Usually when you arrive at the Tribunal they will have already read the papers which the DWP provided as part of the Tribunal bundle. They will also have read anything that you sent in – You should make sure any evidence you wish to rely on is sent to the tribunal 7 days before the hearing. If you send in evidence less than 7 days before the hearing, it is best to check with the Tribunal (or the Clerk beforehand that those documents are with the Tribunal you should also take spare copies of the evidence as the Clerk may not have access or resources to photocopy large amounts of evidence.

The Tribunal will usually therefore has a good overview of your case. It will not have made up its mind, but the Tribunal may have decided which areas it wants clarifying so may start by asking you specific question about your case. Make sure you answer as accurately as possible. Try and keep to the point you have been asked about and try not to talk for too long on any particular point.

When the Tribunal have asked all their questions the Judge will usually ask you if you have anything to add. This is your chance to mention anything that you do not feel has been covered by the Tribunal or perhaps not in sufficient detail.

Once the Tribunal feel that all issues have been covered you will usually be asked to step outside whilst it makes its decision. You will then usually be called in to inform you of the decision and you will handed a piece of paper called a Decision Notice that very briefly outlines the decision and possibly a little about the reasons behind it.

Sometimes the Tribunal will want to consider your case for longer and may tell you that it will make a decision later. This is called a “Reserved Decision”. Usually the Tribunal will still make the decision on the same day so you will usually get the decision sent to you in the post within a day or Two.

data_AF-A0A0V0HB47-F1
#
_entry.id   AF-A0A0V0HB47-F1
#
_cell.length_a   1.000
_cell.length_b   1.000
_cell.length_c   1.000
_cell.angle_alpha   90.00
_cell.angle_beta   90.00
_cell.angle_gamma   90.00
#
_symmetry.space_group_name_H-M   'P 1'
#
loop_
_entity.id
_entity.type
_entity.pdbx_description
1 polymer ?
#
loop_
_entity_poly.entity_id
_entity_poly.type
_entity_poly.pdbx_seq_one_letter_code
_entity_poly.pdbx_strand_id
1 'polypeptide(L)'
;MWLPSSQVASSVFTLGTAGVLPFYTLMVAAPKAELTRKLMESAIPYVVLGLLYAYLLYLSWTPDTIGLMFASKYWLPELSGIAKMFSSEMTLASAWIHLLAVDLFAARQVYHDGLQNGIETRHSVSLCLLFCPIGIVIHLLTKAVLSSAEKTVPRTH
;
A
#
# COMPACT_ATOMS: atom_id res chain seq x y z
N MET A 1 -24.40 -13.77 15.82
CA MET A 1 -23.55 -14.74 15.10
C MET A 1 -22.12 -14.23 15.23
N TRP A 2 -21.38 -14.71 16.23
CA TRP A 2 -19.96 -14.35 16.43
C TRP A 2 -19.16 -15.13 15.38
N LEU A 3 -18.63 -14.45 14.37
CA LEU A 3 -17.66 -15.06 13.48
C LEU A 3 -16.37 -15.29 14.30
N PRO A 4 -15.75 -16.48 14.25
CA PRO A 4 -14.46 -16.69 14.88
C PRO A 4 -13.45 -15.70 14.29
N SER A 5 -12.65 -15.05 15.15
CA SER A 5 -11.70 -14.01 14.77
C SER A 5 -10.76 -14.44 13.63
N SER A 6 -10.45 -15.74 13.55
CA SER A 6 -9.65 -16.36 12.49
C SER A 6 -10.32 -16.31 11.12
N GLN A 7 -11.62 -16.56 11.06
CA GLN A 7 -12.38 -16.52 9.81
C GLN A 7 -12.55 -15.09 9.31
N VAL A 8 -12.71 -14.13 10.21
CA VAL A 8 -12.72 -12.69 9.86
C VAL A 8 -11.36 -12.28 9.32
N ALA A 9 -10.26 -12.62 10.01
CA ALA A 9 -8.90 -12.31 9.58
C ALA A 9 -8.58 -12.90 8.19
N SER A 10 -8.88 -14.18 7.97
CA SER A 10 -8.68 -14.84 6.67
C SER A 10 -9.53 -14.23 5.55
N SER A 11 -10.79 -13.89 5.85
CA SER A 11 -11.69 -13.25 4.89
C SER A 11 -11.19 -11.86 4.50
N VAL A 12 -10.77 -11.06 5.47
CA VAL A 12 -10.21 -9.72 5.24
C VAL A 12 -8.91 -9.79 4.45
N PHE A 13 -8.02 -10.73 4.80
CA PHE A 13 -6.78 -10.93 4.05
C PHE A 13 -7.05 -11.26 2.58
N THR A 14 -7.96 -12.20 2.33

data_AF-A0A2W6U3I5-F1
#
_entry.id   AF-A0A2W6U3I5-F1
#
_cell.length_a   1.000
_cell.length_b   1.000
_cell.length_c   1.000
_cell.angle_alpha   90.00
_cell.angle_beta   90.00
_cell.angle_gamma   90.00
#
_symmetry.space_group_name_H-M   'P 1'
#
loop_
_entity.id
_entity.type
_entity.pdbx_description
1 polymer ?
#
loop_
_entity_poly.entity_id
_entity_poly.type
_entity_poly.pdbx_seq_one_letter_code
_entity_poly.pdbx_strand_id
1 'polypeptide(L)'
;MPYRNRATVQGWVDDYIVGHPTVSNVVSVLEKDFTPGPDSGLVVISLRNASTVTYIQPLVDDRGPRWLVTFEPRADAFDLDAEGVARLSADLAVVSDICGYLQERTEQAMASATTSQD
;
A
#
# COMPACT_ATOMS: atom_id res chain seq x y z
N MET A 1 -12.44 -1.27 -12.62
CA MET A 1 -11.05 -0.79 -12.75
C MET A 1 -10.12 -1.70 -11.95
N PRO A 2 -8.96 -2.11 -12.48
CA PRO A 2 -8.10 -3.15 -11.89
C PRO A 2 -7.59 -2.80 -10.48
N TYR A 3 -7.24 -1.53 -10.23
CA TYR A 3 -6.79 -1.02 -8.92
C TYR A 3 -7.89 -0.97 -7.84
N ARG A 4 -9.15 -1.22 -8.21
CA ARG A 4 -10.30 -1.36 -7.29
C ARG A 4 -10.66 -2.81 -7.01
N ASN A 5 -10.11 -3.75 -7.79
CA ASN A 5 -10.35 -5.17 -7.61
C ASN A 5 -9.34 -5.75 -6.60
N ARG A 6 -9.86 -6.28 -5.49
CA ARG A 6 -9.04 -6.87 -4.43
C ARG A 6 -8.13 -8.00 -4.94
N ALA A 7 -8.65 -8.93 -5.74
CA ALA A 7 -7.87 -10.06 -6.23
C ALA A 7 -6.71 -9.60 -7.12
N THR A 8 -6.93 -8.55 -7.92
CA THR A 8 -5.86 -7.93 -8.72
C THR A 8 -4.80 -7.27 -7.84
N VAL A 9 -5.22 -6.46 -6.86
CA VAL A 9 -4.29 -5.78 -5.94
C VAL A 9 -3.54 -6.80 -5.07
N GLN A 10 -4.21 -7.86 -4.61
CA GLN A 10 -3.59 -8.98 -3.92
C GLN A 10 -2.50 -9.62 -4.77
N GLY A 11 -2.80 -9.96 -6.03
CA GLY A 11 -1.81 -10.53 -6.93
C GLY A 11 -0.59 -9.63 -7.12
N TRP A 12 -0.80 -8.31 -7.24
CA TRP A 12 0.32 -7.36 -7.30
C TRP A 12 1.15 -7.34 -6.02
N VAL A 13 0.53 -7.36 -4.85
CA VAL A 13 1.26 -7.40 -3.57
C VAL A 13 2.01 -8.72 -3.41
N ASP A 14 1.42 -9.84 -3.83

What can I do if I Lose my Tribunal?

If you do not like the outcome of you Tribunal you can challenge the decision in two main ways:

Apply for set aside of the Tribunal – you can do this if it is in the Interests of Justice and:

  • You or your representative did not receive all relevant documents or were not sent them at the appropriate time
  • You or your representative were not present at the hearing (and you had indicated that you wanted this)
  • Some other procedural irregularity

Apply for leave to appeal to the Upper Tribunal – you can do this on the ground that the Tribunal made an error of Law. Examples of errors of Law are where the Tribunal:

  • Applied the law incorrectly
  • Conducted the proceedings in breach of the proper procedures which breached the rules of natural justice
  • Failed to give adequate reasons for its decision
  • Failed to make proper findings of Fact
  • Came to a conclusion unsupported by the evidence

Essentially if you cannot understand how the Tribunal came to its decision or you feel that the Tribunal was in some way unfair, you may be able to show that the Tribunal erred in Law. In order to do this you will need to know the reasoning behind the Tribunal decision – thus you must request a statement of reasons for the Tribunal decision. Any Statement of reason must be requested within one calendar month of the Tribunal sending or telling you of its decision.

You can ask the Tribunal to extend time to issue a statement of reasons, if you have a good reason for requesting on late, but the Tribunal does not have to grant your request. You should also ask for the Record of Proceedings. This will be the Tribunal Judge’s handwritten notes of the hearing. These must also be requested within 1 calendar month.